Should You Be Wary Of Trends?

I would like to start a discussion about following trends.

I was reading a chapter of AIGA Professional Practices in Graphic Design which was saying that the champions of design have signature styles and it is tragic that often companies want what is trendy and not what is truly artistic.

As a young designer it’s hard to not copy trends. Trends flood design annuals and competitions for us to see and get inspiration. Whether college taught me this or I just did it to pass, I tried to learn design by copying trends. I wanted to be versatile, so instead of focusing on my style, I learned several different ones. So here I am with several different styles in my portfolio, and trying to look like I understand the trends of the industry.

Image by Project M·A·R·C via Flickr

Trends seem to sell. In the last season of Project Runway, Gretchen won the competition partly because she had an eye on fashion trends. Companies seem to like trends and they hire designers; therefore, shouldn’t I be somewhat trendy?

Are trends really that bad? Perhaps they can kill our own creativity and voice. I came across Mitch Goldstein’s blog. He is getting his MFA at and writes, “Design should not be about regurgitating trends, having a cool studio, or being an AIGA member. Design should be about how the designer relates to the world around them, and how they translate that into interesting stuff.” His statement reminds me of my studio art roots. I believe that fine art should be an expression of the human experience in the world. By following trends, designers seem to lose their ingenuity.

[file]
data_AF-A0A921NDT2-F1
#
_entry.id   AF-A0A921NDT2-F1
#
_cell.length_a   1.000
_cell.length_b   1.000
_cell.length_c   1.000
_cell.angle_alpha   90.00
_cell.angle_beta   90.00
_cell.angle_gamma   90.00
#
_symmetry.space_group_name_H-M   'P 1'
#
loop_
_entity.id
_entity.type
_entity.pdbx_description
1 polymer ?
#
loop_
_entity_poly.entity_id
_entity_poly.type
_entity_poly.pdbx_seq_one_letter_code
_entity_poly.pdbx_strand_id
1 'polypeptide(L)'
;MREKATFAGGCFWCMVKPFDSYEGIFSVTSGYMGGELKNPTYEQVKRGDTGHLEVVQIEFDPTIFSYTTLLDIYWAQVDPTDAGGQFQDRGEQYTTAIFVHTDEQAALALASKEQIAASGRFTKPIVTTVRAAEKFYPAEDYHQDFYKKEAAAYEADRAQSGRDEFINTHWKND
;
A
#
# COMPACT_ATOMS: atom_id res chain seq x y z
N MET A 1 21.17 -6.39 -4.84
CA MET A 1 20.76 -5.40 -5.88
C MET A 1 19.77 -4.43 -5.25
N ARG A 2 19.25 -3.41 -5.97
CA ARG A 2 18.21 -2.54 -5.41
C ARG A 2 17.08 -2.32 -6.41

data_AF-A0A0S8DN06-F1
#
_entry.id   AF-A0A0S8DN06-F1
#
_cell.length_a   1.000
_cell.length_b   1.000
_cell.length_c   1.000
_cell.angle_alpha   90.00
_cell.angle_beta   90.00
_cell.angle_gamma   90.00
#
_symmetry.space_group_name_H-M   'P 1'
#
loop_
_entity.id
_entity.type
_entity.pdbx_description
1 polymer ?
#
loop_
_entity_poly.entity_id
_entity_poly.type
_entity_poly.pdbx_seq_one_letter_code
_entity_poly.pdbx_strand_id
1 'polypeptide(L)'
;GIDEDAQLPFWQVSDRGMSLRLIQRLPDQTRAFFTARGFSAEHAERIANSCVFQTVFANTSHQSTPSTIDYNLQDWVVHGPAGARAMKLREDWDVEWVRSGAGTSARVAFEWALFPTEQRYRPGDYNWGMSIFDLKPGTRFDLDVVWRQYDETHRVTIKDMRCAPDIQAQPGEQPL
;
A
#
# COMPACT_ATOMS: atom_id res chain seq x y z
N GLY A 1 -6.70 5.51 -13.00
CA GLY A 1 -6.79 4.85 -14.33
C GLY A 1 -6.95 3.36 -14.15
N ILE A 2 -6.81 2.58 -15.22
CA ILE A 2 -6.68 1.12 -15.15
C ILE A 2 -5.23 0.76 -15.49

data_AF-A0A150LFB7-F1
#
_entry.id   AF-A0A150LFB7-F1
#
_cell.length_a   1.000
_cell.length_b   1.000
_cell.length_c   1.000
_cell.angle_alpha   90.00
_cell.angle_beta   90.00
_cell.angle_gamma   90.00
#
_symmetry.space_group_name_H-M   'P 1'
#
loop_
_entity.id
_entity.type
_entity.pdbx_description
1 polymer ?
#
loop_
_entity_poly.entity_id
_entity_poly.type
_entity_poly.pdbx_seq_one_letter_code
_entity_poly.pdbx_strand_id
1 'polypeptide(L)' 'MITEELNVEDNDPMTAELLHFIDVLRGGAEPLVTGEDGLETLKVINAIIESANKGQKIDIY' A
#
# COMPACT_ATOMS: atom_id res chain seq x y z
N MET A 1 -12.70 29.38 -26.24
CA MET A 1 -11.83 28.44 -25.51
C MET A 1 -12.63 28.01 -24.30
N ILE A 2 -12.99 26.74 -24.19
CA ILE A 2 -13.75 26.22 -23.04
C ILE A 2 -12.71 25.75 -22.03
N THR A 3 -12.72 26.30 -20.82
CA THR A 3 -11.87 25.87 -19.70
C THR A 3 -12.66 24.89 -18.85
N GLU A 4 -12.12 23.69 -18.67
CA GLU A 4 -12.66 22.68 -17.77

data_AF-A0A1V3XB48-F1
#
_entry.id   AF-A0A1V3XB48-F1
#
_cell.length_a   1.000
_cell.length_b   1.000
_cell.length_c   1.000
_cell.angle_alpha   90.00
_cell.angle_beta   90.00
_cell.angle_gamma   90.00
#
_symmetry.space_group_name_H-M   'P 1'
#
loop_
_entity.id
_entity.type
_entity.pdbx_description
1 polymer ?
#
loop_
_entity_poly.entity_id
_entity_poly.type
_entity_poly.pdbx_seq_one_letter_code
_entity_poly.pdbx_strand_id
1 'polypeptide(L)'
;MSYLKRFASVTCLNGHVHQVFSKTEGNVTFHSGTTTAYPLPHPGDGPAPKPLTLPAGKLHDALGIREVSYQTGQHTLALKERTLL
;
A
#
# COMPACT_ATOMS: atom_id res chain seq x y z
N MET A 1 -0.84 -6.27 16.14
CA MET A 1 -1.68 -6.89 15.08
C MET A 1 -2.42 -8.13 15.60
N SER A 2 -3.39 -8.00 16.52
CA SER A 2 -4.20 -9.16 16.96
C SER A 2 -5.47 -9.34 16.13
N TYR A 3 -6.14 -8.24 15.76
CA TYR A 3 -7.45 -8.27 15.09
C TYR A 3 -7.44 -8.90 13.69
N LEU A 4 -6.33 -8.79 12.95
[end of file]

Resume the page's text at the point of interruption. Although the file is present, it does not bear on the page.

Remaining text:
Successful designers have a balance of understanding trends and having his or her own voice so they can sell and yet still be themselves. When you design, do you worry about good design or something original?

Advertisements

Self-Promotionals Could Only Be For Yourself.

 

Inside of Emergency Designer Card

After graduating college with my BFA in Graphic Design, I had a leave behind booklet for interviews and a self-promotional item that got me an A in the portfolio class. However since college, I haven’t really used either concept and after talking to a few seasoned graphic designers and employers, I will leave those projects in my portfolio. When I asked employers, “What would you do with a self-promotional item?” Several said, “Truthfully, I would throw it away. I have no place for it and if I did, I would forget it was there. It’s much easier for me to bookmark a website or resume.” Some of us are pack rats and won’t throw away something cool or inspirational, but others have no problem clearing out the unused objects. So as you hunt for a job, look for ways to get your name on the web and in emails.

 

My two favorite resources for the web are cargocollective.com (for easy creating of websites) and smashingmagazine.com (for web help and inspiration).

To see some my web portfolio go to dirtysinkdesign.com.To see other people’s creativity with portfolios try starting at webdesignledger.com